The idea that the literal reading of a text is the most natural and/or obvious, and that interpreting something metaphorically represents some kind of retreat, is one which the writers of the Bible — as well as pretty much anyone else living before the nineteenth century — would have regarded as obviously absurd. Somebody really ought to tell Coyne that reading a metaphorical text as a metaphor isn’t “wriggling”, it’s just not being an idiot.

    (Incidentally, the very term “literal” originally just meant “true”, and a “literal reading” of a text could be literal (modern sense) or metaphorical, depending on the type of text. St. Augustine’s On the Literal Meaning of Genesis, for example, argues for what would nowadays be considered a non-literal reading of the book in question.)

  3. Matt says:

    Premise 1. The Christian God, if it existed in reality, would answer prayers as described the the Bible.

    Premise 2. In reality, prayers are not answered (as described the Bible or likely any other ‘sacred text’)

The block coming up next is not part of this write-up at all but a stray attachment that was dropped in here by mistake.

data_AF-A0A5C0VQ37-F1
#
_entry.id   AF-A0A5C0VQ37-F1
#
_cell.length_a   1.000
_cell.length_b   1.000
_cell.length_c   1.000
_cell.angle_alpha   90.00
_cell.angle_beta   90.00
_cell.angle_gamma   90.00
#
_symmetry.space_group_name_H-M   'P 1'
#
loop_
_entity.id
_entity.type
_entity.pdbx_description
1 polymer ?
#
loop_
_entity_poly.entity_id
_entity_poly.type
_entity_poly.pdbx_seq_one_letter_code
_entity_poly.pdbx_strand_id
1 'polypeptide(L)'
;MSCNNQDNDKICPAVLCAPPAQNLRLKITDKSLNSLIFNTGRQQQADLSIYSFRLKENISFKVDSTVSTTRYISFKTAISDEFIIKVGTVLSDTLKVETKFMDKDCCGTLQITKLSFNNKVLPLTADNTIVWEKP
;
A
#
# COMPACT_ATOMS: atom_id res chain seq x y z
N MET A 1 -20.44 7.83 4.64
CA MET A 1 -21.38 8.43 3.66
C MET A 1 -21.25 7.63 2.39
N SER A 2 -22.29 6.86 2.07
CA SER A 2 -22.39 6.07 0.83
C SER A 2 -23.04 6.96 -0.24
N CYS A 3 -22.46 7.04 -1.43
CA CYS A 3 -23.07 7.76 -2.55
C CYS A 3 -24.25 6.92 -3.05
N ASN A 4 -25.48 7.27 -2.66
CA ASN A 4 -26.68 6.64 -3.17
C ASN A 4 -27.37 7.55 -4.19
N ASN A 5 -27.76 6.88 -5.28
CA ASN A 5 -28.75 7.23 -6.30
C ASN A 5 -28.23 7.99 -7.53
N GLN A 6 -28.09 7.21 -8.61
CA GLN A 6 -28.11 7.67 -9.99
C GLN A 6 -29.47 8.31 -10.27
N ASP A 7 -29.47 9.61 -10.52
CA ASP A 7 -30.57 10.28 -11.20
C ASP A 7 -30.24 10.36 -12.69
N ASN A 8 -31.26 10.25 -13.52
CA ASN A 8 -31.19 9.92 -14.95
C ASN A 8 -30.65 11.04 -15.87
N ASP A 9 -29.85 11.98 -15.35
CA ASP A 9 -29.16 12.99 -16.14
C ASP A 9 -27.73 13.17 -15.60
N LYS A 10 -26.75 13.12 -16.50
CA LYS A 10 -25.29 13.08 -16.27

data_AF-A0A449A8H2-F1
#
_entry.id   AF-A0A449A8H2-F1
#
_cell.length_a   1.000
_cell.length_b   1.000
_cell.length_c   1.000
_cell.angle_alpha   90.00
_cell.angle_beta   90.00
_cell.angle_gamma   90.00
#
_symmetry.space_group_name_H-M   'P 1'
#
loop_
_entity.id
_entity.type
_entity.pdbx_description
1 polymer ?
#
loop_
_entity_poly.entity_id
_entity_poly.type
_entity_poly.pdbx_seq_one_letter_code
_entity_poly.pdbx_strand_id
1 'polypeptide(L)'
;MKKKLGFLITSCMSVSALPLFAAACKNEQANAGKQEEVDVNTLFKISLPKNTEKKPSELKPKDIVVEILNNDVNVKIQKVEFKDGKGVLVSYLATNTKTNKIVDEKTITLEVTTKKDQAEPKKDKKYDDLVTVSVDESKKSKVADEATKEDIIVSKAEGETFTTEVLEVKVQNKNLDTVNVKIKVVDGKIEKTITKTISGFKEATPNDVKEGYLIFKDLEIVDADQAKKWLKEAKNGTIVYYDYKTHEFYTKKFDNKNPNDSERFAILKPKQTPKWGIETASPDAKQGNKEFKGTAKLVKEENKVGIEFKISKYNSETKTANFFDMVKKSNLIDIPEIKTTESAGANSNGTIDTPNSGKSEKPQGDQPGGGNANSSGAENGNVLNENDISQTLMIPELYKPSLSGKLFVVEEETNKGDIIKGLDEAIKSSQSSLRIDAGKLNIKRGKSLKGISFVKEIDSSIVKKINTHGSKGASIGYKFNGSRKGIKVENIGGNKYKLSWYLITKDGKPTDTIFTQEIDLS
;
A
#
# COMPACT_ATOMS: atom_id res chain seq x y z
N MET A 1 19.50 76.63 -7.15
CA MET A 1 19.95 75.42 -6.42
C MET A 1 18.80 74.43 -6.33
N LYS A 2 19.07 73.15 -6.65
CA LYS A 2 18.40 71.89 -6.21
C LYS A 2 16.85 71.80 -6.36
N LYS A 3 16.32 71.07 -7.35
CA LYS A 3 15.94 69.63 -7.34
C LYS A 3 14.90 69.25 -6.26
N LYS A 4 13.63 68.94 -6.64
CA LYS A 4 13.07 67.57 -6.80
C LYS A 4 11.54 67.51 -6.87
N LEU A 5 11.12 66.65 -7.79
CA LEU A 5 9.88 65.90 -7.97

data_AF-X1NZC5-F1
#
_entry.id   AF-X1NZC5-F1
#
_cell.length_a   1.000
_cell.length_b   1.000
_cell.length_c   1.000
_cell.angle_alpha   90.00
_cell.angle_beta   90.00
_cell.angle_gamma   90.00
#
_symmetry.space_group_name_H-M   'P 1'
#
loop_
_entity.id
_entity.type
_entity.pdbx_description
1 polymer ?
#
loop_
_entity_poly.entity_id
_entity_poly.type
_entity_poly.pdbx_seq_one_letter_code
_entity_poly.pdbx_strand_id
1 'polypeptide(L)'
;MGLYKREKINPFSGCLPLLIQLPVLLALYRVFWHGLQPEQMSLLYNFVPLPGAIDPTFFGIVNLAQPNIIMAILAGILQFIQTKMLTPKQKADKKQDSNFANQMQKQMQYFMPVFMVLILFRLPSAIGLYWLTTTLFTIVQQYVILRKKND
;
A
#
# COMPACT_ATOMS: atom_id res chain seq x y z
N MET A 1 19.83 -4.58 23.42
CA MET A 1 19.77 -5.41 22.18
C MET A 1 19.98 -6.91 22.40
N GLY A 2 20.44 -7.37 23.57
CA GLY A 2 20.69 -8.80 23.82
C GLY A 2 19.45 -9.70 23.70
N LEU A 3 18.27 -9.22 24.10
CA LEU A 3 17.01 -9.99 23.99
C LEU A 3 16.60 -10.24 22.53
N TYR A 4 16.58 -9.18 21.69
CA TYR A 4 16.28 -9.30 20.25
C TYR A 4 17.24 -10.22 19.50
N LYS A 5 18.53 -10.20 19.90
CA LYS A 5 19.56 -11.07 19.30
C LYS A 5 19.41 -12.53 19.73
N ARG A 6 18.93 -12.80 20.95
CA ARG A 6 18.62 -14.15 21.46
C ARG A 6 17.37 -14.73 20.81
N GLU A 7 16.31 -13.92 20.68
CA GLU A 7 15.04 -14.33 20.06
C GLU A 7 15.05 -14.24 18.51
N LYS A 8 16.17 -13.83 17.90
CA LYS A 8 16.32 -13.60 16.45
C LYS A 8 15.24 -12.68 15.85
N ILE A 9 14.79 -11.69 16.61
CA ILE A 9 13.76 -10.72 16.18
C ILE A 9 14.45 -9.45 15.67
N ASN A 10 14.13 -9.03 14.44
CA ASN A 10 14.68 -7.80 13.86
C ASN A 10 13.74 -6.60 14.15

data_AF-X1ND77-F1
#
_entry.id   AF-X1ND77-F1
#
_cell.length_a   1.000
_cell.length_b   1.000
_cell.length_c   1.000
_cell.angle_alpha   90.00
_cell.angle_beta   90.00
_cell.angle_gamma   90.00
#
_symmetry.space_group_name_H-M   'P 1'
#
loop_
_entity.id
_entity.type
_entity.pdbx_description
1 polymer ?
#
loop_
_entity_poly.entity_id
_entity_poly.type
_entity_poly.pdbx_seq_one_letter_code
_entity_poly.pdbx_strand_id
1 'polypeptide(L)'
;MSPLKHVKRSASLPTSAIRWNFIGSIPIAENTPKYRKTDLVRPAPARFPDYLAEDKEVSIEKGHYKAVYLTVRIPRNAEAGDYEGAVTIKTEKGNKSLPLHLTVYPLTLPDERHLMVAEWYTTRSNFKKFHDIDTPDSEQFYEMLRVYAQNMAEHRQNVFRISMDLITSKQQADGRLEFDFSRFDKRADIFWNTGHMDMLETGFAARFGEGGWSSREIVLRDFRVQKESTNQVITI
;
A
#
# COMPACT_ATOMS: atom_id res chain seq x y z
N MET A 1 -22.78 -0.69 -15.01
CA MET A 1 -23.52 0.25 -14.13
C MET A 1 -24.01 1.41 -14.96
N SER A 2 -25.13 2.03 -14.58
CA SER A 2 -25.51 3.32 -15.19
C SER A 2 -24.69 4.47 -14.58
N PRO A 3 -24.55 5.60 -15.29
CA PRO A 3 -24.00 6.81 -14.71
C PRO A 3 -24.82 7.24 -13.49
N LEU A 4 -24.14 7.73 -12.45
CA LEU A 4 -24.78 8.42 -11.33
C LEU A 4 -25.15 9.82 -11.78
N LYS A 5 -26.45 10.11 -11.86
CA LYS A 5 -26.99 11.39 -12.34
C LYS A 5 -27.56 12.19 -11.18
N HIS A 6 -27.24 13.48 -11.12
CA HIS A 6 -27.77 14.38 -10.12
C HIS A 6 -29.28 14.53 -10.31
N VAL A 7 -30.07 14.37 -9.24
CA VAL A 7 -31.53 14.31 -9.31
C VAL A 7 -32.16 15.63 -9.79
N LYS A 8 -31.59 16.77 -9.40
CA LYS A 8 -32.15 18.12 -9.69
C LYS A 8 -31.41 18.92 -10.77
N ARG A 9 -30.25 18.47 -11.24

Conclusion: The Christian God does not exist in reality.

    So God is not a ‘magic genie’. Do you think amputees don’t pray for themselves? Nothing is impossible with your God, according to the Bible, why does this God then only answer prayers in such a way to be totally indistinguishable from pure chance?! That is categorically not what is described in the Bible, not even close.

    That’s the only argument required really, and understanding that it is correct will save you so much wasted time and effort. Prayer is ineffective, if it weren’t we’d have noticed in the last couple thousand years.

  4. Doug says:

    I noticed. So did the subjects of these books. So your Premise 1 fails. Have you spent any time actually considering the prayers in the Bible, answered or otherwise? As Pascal wrote:

    there is enough light for those who want to believe and enough shadows to blind those who don’t.

  5. Doug says:

    (sorry: meant “Premise 2”)